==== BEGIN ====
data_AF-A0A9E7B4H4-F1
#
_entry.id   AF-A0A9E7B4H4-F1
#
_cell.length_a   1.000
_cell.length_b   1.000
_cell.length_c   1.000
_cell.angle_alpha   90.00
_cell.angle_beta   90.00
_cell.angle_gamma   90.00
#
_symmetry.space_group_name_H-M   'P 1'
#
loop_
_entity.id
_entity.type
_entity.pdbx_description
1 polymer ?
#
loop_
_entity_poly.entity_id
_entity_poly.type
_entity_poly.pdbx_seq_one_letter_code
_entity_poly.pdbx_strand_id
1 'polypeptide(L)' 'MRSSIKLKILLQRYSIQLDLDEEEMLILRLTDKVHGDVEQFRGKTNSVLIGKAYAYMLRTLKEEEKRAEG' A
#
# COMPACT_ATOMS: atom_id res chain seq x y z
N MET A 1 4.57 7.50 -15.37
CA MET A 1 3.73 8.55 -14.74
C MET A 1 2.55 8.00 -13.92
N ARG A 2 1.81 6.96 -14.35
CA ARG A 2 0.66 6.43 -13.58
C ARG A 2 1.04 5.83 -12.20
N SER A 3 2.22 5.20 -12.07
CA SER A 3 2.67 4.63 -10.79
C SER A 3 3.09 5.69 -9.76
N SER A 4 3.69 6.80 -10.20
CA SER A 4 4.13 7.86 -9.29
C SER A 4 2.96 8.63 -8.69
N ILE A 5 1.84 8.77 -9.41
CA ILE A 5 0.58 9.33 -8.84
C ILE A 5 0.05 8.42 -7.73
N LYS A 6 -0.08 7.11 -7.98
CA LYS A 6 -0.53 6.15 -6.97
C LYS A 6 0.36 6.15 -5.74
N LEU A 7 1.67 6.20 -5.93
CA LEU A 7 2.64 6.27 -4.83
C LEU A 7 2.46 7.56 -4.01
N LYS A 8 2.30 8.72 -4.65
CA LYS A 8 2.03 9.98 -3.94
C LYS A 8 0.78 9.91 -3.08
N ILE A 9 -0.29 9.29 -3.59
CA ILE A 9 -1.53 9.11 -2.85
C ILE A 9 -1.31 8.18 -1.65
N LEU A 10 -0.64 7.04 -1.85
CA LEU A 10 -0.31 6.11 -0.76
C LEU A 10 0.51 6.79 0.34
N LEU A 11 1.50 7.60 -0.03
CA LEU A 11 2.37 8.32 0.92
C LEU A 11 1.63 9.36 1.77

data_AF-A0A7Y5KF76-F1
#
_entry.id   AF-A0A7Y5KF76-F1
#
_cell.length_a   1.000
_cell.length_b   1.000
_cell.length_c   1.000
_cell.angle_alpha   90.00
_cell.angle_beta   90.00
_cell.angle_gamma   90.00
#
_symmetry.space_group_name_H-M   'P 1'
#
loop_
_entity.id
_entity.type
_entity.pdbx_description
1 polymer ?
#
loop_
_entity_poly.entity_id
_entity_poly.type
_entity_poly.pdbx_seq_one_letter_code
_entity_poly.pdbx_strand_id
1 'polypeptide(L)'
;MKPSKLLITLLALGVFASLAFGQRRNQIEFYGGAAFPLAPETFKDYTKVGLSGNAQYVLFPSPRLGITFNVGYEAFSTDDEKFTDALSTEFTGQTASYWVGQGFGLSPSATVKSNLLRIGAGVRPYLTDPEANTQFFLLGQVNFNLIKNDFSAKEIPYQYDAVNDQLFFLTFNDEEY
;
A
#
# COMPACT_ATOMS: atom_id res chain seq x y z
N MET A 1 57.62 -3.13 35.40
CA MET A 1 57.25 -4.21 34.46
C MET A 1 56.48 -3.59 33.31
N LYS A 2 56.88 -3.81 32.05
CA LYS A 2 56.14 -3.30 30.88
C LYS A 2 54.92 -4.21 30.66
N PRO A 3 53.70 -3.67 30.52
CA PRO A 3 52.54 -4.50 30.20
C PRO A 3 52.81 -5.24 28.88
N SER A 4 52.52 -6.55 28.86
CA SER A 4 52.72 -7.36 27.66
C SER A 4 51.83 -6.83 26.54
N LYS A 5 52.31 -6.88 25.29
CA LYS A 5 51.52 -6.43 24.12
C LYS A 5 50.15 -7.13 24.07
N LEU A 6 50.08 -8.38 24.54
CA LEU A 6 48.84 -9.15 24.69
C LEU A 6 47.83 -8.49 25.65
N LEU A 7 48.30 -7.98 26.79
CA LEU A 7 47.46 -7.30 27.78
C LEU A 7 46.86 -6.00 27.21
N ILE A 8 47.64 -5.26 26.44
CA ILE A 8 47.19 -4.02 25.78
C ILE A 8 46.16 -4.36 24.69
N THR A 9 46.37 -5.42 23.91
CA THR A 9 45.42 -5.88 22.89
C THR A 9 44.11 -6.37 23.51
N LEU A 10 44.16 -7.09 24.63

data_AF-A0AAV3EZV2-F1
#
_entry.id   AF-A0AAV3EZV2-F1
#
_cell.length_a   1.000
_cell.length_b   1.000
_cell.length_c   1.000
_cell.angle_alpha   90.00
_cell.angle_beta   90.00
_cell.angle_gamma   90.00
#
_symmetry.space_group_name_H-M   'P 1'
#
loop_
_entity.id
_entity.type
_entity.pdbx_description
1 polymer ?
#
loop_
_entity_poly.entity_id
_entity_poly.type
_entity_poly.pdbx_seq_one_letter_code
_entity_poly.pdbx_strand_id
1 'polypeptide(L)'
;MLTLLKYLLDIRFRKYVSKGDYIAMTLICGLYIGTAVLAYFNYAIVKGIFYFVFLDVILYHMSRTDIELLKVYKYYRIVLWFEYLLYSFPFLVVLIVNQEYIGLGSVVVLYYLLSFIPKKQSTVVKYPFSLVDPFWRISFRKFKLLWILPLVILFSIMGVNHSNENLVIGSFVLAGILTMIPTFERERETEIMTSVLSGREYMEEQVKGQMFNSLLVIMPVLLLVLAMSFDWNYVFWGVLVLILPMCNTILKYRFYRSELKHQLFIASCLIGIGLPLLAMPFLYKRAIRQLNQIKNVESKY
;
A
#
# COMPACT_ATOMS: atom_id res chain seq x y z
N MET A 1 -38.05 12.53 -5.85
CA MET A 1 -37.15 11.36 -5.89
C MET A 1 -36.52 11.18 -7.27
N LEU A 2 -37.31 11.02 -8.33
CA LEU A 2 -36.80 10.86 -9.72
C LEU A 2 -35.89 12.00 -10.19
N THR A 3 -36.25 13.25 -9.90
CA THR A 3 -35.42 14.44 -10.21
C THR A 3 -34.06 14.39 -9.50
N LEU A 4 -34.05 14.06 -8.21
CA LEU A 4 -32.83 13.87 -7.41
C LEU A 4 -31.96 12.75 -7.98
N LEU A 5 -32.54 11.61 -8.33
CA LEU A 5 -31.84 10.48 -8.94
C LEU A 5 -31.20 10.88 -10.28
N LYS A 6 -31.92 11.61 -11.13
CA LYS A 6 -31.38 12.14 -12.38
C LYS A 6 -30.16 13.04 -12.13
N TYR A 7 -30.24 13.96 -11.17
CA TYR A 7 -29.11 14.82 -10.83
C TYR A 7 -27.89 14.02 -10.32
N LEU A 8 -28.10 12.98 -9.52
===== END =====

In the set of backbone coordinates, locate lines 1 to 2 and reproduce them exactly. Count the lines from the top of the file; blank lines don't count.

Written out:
data_AF-A0A9E7B4H4-F1
#